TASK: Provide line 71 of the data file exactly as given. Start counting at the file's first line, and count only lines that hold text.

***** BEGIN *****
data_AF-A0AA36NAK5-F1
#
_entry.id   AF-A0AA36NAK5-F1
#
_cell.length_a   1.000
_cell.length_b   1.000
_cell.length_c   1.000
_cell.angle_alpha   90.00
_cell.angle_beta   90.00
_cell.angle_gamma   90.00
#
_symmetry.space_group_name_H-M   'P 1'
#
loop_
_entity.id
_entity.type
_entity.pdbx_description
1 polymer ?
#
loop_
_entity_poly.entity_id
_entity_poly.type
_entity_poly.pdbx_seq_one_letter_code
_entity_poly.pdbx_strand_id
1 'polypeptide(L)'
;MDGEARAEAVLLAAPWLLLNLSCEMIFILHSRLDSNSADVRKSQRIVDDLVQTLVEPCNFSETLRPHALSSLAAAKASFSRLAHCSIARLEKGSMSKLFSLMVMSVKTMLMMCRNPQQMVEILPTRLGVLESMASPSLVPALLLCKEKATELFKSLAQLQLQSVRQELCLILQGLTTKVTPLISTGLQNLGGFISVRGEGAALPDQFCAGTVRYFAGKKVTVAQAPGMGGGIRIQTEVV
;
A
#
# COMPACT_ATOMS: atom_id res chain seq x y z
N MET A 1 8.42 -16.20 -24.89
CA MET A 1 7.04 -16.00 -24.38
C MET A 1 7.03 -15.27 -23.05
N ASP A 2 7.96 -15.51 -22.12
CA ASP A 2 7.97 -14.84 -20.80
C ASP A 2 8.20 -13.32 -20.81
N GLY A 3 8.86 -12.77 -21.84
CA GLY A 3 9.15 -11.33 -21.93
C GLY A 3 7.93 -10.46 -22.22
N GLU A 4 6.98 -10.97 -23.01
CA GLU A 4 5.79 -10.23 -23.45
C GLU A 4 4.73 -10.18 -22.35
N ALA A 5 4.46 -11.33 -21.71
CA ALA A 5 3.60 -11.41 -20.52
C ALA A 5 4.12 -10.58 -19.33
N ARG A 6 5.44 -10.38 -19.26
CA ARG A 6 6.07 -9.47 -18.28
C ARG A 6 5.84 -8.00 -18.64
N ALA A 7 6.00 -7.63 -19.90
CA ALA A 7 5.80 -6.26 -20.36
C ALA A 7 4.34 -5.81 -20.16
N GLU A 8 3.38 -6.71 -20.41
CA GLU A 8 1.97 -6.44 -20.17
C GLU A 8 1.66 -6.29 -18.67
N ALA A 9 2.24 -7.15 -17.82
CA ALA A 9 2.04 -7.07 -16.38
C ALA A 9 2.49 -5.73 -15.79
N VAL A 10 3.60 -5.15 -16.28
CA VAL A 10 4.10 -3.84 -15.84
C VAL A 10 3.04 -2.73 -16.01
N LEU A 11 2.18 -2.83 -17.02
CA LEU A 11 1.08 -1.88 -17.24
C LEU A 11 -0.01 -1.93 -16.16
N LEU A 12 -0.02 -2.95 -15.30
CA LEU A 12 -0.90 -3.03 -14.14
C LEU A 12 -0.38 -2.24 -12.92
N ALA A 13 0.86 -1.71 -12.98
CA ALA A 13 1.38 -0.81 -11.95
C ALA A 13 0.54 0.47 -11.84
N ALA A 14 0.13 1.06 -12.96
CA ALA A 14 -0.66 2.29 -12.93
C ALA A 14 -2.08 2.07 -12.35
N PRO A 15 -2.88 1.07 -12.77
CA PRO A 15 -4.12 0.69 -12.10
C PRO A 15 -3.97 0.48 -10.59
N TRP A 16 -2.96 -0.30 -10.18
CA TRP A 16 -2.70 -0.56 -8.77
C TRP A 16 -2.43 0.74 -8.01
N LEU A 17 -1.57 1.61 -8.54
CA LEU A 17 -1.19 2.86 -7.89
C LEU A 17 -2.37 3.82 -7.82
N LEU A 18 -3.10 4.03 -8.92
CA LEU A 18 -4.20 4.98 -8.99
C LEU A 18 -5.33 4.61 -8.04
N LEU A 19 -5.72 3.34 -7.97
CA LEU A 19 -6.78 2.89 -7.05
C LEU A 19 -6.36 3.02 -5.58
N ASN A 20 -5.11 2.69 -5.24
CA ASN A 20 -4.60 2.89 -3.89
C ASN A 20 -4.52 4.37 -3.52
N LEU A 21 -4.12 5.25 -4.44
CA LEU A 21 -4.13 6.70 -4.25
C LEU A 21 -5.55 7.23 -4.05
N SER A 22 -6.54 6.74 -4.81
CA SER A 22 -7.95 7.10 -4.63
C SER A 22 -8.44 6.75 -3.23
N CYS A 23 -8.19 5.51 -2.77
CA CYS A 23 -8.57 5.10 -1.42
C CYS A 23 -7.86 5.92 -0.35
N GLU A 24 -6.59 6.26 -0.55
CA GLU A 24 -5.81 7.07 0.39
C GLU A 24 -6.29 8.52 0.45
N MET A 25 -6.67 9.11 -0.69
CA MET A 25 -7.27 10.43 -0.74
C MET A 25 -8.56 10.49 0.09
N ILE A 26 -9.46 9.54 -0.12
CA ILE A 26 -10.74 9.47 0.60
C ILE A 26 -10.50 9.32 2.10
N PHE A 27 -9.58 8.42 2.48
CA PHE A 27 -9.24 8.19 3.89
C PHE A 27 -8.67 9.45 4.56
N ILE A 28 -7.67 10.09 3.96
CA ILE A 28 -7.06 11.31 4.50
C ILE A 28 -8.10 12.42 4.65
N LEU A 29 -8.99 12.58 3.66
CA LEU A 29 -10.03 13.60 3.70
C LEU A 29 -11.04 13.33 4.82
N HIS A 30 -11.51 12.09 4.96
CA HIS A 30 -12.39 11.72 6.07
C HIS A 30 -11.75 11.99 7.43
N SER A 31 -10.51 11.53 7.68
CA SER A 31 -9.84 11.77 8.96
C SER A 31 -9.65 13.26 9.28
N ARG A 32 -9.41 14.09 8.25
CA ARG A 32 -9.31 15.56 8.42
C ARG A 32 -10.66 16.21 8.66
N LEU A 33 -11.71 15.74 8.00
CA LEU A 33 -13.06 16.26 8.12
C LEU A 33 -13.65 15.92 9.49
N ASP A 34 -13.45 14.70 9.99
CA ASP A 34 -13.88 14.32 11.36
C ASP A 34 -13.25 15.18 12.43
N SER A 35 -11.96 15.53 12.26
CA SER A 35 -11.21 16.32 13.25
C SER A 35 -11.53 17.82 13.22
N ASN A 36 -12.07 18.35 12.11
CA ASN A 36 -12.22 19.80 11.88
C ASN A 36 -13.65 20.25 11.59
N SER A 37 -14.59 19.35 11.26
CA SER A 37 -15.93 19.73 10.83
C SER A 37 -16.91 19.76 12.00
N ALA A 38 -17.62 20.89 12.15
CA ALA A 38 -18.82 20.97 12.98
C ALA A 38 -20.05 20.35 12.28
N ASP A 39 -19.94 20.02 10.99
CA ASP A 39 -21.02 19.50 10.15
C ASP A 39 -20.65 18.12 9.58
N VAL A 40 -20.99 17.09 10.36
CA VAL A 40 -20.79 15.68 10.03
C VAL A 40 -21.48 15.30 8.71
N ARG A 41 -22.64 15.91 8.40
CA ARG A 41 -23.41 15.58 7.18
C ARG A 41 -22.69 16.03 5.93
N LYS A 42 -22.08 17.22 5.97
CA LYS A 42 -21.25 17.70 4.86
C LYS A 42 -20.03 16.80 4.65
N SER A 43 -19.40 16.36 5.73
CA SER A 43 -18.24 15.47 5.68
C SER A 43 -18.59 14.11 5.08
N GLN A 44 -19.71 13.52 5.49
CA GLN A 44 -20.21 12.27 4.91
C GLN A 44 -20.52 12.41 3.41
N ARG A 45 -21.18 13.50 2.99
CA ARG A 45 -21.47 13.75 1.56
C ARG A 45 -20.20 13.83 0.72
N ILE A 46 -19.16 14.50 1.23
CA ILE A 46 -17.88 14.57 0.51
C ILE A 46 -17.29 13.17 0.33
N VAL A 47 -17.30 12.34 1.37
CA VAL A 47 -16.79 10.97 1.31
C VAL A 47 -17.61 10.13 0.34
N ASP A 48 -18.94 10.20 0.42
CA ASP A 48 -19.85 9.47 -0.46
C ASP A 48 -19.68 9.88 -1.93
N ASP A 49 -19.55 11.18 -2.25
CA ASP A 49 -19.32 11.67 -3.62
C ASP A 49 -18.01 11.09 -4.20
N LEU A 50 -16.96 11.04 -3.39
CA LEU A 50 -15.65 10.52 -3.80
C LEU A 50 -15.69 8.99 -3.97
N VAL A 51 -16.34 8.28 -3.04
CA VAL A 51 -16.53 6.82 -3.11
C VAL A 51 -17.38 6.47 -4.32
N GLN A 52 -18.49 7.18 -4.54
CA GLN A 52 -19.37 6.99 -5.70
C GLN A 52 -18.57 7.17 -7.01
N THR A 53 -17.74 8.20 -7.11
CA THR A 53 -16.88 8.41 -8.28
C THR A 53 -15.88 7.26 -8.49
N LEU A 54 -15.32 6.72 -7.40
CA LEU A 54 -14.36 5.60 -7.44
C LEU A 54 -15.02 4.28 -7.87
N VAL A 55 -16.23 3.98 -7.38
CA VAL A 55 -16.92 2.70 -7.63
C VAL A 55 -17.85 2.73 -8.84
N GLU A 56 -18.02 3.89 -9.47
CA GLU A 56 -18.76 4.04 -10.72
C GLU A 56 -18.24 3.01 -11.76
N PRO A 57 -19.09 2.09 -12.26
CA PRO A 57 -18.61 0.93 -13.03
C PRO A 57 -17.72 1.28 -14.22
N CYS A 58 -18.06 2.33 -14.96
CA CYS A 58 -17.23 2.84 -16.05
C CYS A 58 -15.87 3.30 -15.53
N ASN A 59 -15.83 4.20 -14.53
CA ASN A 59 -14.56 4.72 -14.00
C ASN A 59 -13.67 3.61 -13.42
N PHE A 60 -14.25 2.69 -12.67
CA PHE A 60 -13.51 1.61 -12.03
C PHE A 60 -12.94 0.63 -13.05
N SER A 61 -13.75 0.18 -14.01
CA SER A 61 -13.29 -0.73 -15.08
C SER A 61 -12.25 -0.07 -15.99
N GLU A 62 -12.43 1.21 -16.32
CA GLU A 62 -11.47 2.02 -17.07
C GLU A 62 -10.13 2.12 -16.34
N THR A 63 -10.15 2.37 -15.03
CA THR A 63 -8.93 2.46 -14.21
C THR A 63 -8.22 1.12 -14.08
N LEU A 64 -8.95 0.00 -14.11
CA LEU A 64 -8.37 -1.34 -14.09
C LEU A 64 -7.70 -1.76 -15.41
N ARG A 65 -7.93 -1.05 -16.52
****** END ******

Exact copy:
CA ALA A 14 -0.66 2.29 -12.93